Subject:  Questions on "Lacrosse" signal...
Date: 27 Jan 1997 11:51:13 GMT
From:  [email protected]
Organization:  Arizona State University
Newsgroups: sci.space.policy


        As I posted earlier, I'm having doubts as to having this Lacrosse 
business figured out.  It would be just *too* fun if they were 
masquerading her as a DMSP or some such thing.  But now I am thinking, 
shouldn't we know a whole lot more about the dang thing?

        If it is a radar imagery satellite, then presumably it has a 
radar on it (all those logic classes are paying off :-) ).  The thing may 
not be turned on all the time, but every time the top dogs wanted a peek 
at something they would have to crank her up.  I guess my question is: 
Does anyone have any data on any signals coming from any suspected 
Lacrosse satellite?  Has anyone collected it, be they a mad scanner on a 
quest or an even madder scientist who thought for a moment he was in line 
for a Nobel in radio astronomy?  There must be at least a dozen 
governments around the world who've torn that signal apart, any of them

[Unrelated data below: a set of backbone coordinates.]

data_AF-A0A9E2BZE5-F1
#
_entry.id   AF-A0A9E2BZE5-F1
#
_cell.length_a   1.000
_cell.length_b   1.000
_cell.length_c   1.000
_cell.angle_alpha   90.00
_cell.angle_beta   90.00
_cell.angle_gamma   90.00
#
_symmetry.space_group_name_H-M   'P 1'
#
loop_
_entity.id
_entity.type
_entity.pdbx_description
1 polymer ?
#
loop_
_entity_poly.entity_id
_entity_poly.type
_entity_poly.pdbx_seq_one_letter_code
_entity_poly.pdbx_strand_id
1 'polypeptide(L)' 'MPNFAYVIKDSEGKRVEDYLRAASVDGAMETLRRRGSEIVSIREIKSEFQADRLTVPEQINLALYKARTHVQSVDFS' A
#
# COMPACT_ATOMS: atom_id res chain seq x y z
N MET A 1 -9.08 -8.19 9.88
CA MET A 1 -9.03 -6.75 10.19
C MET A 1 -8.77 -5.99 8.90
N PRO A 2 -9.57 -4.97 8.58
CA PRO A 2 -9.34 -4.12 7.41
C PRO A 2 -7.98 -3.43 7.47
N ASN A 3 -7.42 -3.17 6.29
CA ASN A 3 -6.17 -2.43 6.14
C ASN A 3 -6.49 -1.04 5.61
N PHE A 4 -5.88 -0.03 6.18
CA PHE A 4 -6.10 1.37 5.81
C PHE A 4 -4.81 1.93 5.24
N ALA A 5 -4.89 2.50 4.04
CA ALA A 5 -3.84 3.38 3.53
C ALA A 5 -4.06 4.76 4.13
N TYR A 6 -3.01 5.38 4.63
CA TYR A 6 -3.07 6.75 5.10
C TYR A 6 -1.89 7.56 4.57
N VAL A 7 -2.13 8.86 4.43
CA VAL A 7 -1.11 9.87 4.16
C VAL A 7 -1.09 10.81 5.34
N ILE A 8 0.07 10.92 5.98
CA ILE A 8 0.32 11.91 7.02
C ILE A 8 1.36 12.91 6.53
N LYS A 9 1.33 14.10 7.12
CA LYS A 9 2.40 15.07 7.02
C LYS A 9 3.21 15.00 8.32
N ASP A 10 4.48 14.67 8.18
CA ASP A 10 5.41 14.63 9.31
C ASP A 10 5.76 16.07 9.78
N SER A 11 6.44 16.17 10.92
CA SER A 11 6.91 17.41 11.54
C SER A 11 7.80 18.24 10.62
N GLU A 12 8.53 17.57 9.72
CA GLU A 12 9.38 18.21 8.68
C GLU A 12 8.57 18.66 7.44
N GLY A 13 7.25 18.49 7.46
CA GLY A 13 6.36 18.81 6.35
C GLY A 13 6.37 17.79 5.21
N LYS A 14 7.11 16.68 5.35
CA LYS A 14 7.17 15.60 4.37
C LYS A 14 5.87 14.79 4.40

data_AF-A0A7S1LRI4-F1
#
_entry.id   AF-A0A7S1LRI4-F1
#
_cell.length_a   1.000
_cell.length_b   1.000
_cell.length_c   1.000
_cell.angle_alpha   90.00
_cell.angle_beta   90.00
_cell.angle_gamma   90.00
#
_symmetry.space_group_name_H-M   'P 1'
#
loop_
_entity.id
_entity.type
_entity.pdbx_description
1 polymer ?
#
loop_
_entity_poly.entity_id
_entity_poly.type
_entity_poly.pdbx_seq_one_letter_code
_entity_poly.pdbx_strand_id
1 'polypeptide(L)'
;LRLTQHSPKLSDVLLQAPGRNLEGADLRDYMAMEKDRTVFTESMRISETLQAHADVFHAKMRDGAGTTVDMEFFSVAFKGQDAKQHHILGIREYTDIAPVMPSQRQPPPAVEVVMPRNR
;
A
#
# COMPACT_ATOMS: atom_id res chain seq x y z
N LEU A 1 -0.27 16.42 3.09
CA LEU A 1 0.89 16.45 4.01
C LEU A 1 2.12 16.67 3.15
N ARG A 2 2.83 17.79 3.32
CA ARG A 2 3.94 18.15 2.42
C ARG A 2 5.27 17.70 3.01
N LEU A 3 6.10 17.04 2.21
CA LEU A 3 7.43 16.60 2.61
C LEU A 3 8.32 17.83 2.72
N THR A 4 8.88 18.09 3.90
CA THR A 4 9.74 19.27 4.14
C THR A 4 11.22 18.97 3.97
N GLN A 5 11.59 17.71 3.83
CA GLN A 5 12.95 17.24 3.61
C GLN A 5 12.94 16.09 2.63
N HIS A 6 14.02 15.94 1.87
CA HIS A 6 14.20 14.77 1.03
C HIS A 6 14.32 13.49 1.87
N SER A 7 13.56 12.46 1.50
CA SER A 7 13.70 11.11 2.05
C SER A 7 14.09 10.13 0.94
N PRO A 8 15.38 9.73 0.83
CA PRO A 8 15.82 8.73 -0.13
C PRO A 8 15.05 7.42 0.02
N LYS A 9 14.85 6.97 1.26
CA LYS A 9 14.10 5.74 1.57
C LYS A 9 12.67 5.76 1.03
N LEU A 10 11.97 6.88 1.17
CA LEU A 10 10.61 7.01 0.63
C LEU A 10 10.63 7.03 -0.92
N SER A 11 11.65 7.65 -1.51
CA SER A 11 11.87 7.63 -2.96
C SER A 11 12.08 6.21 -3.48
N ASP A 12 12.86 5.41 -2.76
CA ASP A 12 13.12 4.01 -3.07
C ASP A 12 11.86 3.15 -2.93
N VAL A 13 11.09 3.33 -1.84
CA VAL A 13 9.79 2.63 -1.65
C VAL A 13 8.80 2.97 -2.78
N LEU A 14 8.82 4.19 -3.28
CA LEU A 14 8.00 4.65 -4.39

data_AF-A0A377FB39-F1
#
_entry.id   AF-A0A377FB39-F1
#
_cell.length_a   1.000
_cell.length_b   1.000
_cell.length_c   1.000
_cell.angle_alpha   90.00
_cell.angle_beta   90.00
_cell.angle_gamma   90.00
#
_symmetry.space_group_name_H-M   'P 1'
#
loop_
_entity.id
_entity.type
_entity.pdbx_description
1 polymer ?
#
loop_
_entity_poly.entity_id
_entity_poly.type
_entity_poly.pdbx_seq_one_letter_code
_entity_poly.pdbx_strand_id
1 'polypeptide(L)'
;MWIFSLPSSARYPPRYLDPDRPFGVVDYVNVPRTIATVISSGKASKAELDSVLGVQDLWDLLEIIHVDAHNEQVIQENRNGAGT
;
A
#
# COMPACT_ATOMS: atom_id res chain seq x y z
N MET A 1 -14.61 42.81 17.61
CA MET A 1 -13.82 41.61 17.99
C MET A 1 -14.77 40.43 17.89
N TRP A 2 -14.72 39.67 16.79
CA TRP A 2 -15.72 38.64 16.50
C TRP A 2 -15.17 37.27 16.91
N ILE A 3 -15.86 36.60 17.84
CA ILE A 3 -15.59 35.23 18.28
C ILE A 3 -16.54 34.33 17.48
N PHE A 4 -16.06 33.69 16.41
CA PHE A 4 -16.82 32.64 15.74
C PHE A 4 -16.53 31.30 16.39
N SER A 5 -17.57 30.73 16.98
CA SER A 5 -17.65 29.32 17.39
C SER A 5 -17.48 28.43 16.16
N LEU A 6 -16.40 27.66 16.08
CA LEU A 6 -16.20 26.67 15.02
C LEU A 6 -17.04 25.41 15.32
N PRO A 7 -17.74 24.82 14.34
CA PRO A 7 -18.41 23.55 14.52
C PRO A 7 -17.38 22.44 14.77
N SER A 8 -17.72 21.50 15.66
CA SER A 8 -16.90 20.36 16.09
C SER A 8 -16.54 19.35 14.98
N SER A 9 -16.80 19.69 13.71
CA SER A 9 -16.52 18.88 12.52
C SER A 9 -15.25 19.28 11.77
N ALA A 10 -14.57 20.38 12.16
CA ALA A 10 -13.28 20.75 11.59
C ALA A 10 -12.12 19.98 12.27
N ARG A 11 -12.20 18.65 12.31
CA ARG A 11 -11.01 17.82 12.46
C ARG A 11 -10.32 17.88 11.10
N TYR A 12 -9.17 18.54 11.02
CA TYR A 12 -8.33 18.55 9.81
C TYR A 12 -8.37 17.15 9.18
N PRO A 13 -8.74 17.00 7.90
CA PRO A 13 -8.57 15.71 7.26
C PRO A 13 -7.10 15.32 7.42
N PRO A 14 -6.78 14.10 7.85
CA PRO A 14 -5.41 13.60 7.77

publish? I haven't been able to find anything on the net.

        It shouldn't be possible to find it only with listening gear, 
however.  This thing operates in space, in the electromagnetic spectrum, 
and that means that presumably the United States is following (if 
somewhat clandestinely) some international convention or another.  What 
are the "approved" frequency ranges for space radar usage? Or could the 
US be sneaking the signal in under the rubric of "telemetry" or something 
similar?  Presumably, some really sneaky dudes could try and mask the 
signal as a weather broadcast or or some other such silliness, but that 
seems highly unlikely.  One would expect a rather conventional scanned 
signal (i.e. at a location the amplitude would vary IAW).

        The signal for the Magellan space probe, for example, was fairly 
typical.  2.385 GHz with a 26.5 usec pulse and PRI around 200 usecs.  
Current radar satellite signals are generally in the 1-5GHz range, I 
would guess (not having checked recently).  Anyone who might be sharing a 
line-of-sight to a Lacrosse platform with a high interest area should be 
able pick up the thing like clockwork.  SE Europe, the middle east, and 
Korea all come to mind as good listening spots.

        While on the subject, is there a definitive one-stop site on the 
net for information on space related signals (or, hell, regular SIGINT 
parametrics for that matter)?  The FAS had links to an organization called 
HearSat (or something similar) but the actual pickings (data) looked real 
slim--though I hasten to add that I didn't have much time to look and may 
have been missing something.


regards,

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Steven J Forsberg  at  [email protected]              Wizard 87-01